Around the world, fears persists regarding the possible health risks of Wi-Fi.
In recent reports, an Illinois school district stopped installation of a Wi-Fi network in response to parents’ health concerns. The German government has warned against Wi-Fi usage based on possible health risks. The president of a Canadian university banned the use of Wi-Fi on campus for the same reason.
What is the risk, if any? Should the Wi-Fi industry be concerned about backlash from a health-conscious public?
We asked Dr. Kenneth Foster, a researcher in the Department of Bioengineering, School of Engineering and Applied Science, University of Pennsylvania. His paper, “Radiofrequency Exposure from Wireless LANs,” appeared in the March 2007 issue of the journal Health Physics.
Q: Is there is a Wi-Fi health risk?
A: I see no evidence of it, nor do major health organizations around the world. There are hazards that may exist above certain levels of exposure to radio frequency energy, so the United States sets limits well below those levels. In the case of Wi-Fi there are very wide margins around any exposure that is thought to be potentially dangerous.
Q: Are we sure those established limits negate all risk?
A: Human knowledge is not perfect, but this not entirely a new issue. People have been studying the possible health effects of radio frequency energy for generations now. From the present state of human knowledge there is no convincing evidence of any risk.
Q: Scenario: I am running my laptop at Starbucks. What is my risk compared to other radio frequency activities?
A: The amount of energy that access points emit is very tiny. I did a survey of wireless LANs lasts year and in all cases the signal strength was tiny compared to other sources—such as cell base stations. Most client cards in a laptop emit power that is substantially less that what a cellular phone emits.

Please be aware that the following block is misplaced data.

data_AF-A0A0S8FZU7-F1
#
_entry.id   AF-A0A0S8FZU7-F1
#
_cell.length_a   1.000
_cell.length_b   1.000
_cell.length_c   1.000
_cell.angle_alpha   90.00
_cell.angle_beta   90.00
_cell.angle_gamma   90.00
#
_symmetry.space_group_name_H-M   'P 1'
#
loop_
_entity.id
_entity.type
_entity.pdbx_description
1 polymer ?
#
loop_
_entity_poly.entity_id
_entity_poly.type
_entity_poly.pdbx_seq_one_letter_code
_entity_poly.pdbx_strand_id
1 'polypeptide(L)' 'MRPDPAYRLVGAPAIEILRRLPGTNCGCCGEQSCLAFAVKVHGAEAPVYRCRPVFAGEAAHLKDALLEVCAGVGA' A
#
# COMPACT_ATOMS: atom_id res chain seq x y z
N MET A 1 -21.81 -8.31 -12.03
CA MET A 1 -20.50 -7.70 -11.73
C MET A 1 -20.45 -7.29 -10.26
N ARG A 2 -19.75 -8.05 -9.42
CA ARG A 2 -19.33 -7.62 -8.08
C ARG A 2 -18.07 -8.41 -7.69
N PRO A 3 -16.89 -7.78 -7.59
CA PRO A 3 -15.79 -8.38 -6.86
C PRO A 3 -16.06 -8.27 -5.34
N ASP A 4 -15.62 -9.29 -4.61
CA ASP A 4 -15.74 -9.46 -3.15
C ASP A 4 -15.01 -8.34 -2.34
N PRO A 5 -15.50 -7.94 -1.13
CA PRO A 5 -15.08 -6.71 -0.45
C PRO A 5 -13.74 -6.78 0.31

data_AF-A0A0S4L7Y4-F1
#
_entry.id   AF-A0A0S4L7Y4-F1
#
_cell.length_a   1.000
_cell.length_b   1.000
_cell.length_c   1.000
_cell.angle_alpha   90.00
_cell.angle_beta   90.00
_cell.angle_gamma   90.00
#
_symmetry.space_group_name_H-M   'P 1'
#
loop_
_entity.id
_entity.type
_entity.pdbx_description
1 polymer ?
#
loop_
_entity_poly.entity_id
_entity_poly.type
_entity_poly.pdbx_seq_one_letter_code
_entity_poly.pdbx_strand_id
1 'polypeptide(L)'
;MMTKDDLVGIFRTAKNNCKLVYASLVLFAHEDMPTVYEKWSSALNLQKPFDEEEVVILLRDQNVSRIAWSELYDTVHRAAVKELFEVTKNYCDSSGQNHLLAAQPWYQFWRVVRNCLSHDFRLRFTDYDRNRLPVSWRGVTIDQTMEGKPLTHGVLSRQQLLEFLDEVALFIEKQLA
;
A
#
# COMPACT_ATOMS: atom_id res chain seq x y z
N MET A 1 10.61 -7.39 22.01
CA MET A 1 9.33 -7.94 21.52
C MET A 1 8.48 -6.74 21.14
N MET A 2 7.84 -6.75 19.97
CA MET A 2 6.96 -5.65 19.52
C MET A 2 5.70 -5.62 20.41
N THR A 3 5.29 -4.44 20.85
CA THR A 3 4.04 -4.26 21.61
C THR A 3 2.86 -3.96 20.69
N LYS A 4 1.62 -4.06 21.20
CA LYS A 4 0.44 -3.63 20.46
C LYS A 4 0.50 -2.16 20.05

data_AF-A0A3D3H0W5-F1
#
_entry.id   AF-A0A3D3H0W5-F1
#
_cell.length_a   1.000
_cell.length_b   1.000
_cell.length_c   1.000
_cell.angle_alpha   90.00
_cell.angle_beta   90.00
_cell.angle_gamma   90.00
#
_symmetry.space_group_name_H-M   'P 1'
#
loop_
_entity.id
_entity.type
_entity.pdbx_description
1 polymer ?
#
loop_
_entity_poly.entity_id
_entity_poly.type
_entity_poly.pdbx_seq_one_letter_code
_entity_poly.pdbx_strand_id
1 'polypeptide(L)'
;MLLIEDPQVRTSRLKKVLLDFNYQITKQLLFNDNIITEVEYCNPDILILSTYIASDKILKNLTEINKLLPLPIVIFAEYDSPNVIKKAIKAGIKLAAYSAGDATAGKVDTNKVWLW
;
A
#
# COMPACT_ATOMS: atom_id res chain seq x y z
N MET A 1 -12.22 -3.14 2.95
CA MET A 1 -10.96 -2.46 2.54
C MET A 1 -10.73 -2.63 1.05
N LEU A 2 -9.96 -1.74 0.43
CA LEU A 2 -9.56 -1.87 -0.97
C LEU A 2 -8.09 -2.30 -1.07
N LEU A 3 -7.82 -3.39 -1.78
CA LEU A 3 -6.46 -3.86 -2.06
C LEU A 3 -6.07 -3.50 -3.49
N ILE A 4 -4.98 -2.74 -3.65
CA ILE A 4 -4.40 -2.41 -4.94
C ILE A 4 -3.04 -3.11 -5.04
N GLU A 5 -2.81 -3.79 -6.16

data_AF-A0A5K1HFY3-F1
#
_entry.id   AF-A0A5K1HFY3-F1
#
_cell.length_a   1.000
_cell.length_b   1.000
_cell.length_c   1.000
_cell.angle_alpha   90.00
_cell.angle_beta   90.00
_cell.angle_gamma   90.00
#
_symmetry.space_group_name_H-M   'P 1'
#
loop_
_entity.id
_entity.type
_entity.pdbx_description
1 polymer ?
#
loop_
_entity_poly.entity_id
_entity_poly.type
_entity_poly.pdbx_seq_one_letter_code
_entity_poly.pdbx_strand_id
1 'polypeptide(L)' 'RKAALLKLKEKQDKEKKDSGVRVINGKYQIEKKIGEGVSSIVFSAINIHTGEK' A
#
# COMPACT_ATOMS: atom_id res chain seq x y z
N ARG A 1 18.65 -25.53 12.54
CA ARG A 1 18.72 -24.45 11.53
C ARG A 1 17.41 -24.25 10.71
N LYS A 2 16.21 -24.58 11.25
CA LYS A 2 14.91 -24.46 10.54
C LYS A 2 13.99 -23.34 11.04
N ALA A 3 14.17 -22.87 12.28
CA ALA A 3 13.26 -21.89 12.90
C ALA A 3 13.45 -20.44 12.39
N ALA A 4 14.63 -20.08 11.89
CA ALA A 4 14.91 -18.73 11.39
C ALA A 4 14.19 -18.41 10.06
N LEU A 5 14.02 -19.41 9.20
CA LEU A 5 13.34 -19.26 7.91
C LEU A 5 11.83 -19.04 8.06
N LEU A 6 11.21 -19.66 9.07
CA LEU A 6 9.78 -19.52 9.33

At the same time, the speed of the interface is usually very high, but it only transmits in pulses, depending on bottlenecks in the system and handshaking protocols. It is not a continuous transmission. So you are looking at an access point that has the power of a cell phone, and is only transmitting for 1/1000th of the time. So the exposure is trivial compared to that of other sources.
Q: If these things are known, what is driving public concern?
A: Well, I personally am not afraid of this tiny source of radiation, when we live in a world surrounded by antennas, but other people may feel differently. It is a social attitude. People respond to possible risk in different ways. They may feel threatened by the technology itself, and that may lead them to perceive health concerns. It is not entirely a scientific matter but more a matter of personal attitude toward risk.
People hear that there are still unanswered questioned, and that makes them afraid, which does not always make sense. Is a bottle of Perrier safe? I personally have no concern. But is there scientific proof that there is no risk? Well, there is no such proof. There is no scientific proof of the absence of hazards in a bottle of Perrier. But that doesn’t mean there are hazards.
Q: Have there been other cases of fear response in the face of new technology?
A: I have been in this field since 1971 and have heard the same stories and the same fears all that time. People have been concerned about radio broadcasting towers, military radar installations, video display terminals, power lines, and now it is Wi-Fi networks, Bluetooth, mobile phones. Each case is exactly the same. The public health authorities have conducted examinations and failed to find any evidence of a problem, and yet the activists insist that there is a terrible catastrophe that might happen to us. People raised the same question about light bulbs in the early 1900s.
Q: Governments and institutions around the world are warning against Wi-Fi risk and even discouraging its use. Should the industry feel threatened?
A: Virtually our entire society has decided that they find Wi-Fi useful, so overall I don’t see this having much impact on the industry. If I were a Wi-Fi company I would be much more concerned about the coming of WiMAX and what it is going to do to the industry than I would be about this.